A New Night and Time for Zoom Bible Study ~ Beginning September 15, our ZOOM Bible Study will meet every other TUESDAY at 7pm. Participants requested a slightly later start time and changed the night to prevent conflicts with the #OneBody ZOOM discussions. It’s not too late to get a free account at zoom.com so you can be part of the conversation as we study The Acts of the Apostles and explore the beginnings of our Church and the Church of today. Use Meeting ID:762 8722 8149 (Pass Code: jLD8Gg). The next session is scheduled to last 50 minutes; we will be discussing Acts: 3-4. Those without computers might consider social distancing with a friend (wearing masks). Call Pat Dyer at 716-256-2586 for additional information.
Reflection on readings for the 24th Sunday in Ordinary Times: Sir 27:30 – 28:7; Ps 103:1-4, 9-12; Rom 14:7-9; and Mt 18:21-35
Each reading really strikes me this weekend. Sirach’s words are strong and wise: “Wrath and anger are hateful things yet the sinner hugs them tight.” We’ve all heard that holding onto our anger is not wise and not even healthy. Sirach asks me today that if I nourish anger against someone, how could I ever expect to find healing from the Lord? If within me, I work hard at keeping my wrath “alive and well” and hang onto it, how could I ever expect mercy and the forgiveness of my sins to come to me?
Today’s Psalm refrain is one to be absorbed, to let it seep deep within me, within you:
“The Lord is kind and merciful, slow to anger and rich in compassion.”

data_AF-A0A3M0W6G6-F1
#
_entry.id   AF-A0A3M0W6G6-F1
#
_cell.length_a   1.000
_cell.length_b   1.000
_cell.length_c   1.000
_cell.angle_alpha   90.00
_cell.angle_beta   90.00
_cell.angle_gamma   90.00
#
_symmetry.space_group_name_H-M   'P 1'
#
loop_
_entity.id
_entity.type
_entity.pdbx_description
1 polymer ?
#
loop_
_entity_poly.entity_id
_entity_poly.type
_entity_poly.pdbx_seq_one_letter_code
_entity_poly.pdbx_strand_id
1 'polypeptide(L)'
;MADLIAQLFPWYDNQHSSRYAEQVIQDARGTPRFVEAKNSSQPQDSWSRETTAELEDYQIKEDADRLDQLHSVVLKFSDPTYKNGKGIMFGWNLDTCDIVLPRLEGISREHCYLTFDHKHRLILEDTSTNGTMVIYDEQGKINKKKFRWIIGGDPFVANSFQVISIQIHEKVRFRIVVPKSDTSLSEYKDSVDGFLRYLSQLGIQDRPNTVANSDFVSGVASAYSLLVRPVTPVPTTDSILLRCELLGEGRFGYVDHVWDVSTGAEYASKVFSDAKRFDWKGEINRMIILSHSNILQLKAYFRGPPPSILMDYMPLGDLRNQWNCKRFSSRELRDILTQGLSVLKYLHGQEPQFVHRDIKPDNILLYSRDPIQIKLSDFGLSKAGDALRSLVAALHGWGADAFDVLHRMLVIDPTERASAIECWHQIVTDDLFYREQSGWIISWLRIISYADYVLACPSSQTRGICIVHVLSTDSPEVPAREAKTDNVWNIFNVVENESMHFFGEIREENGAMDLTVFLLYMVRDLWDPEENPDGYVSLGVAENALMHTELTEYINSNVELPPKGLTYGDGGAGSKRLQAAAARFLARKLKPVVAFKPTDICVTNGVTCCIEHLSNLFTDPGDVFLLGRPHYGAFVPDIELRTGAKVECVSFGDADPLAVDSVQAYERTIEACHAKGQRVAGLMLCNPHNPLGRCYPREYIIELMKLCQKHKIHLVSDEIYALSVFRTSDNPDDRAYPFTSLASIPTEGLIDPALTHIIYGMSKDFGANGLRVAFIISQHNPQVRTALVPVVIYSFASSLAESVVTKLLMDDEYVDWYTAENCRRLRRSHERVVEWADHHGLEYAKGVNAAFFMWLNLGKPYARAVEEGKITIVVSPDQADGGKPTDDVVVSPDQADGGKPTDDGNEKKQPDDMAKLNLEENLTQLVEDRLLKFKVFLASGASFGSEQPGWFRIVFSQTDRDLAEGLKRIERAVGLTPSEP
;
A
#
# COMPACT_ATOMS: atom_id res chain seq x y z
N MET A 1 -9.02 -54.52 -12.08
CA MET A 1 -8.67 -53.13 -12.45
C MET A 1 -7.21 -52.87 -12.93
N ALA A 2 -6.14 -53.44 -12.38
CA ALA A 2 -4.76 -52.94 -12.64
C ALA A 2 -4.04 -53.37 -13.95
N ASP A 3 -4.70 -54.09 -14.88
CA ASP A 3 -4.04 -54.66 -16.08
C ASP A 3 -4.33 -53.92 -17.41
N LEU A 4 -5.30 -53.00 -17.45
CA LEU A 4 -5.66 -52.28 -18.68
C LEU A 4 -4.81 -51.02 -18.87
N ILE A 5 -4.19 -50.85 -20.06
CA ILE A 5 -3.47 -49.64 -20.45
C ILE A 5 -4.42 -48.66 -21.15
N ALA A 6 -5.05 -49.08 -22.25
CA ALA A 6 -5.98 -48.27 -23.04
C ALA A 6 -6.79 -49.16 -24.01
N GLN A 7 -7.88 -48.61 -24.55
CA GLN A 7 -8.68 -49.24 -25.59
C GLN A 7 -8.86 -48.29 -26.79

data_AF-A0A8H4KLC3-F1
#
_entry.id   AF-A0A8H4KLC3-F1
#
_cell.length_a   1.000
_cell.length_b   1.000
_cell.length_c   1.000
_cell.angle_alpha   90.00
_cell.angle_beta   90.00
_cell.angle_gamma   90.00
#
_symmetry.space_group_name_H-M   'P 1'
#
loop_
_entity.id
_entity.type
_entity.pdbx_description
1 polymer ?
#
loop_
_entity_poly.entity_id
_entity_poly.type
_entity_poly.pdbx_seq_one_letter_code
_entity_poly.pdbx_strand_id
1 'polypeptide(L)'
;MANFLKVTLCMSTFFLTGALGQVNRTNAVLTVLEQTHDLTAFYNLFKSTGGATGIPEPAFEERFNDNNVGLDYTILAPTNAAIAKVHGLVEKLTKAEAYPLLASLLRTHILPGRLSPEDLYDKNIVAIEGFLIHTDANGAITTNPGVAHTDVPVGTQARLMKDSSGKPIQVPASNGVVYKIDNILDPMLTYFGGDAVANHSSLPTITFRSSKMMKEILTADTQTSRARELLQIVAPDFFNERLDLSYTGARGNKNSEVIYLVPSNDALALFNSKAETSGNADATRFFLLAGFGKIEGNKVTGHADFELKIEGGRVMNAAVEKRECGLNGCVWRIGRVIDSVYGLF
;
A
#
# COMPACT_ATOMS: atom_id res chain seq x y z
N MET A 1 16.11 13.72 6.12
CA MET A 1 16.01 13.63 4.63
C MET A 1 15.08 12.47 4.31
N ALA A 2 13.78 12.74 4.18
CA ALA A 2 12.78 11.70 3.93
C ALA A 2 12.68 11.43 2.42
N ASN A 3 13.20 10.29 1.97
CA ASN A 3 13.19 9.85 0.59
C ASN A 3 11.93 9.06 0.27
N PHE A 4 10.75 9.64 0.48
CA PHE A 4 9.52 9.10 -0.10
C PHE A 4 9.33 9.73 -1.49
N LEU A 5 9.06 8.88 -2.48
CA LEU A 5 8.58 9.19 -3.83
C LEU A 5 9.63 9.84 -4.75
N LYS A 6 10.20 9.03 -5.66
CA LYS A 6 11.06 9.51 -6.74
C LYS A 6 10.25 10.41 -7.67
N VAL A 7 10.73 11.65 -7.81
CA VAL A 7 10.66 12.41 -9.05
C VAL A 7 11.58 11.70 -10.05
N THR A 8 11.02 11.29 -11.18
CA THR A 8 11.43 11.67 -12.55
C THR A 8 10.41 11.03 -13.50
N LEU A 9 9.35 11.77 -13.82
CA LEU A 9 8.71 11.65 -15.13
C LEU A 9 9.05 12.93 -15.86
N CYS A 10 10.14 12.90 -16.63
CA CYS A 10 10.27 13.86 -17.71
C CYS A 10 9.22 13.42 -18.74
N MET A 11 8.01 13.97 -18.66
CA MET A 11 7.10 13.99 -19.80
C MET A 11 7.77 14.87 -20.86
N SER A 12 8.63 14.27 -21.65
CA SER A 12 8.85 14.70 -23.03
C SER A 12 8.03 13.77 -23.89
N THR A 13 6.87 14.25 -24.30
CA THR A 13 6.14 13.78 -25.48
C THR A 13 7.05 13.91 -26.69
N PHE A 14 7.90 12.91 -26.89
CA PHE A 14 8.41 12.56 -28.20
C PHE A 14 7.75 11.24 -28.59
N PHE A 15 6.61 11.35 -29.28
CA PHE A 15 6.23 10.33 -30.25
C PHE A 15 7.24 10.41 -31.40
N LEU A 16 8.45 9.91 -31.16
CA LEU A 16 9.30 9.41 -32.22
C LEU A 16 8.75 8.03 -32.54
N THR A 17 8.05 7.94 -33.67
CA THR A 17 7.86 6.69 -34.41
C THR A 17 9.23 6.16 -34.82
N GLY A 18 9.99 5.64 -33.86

Our God has not only revealed God’s very self as a God who is loving and forgiving, slow to anger, and full of kindness and mercy. Jesus’ life, words, and self-gift reveal the very Face of God to us. Jesus is the very Face of Mercy.
In response to Peter’s asking Jesus just how often we must forgive, Jesus says, “seventy-seven times” and then tells today’s parable. The story Jesus tells, speaks of a king/ master who wants to settle accounts with his servants and right away, the first one before him has accumulated a huge debt which he could never pay back. As was the custom, the master ordered that the servant, his wife and family and all his possessions will be sold to pay the debt. Then the servant, on his knees, begs for patience and promises to pay everything back.The master is full of compassion and freely lets the servant go, forgiving everything he owed, with no conditions. When that servant, finding another servant who owes him a wee bit, begins to throttle him, he forgives nothing.
This Sunday’s readings remind me of two very painful instances in my life when I was treated “very shabbily” and deeply pained. Perhaps they challenge each of us to live as people who know we are loved and forgiven by our merciful God.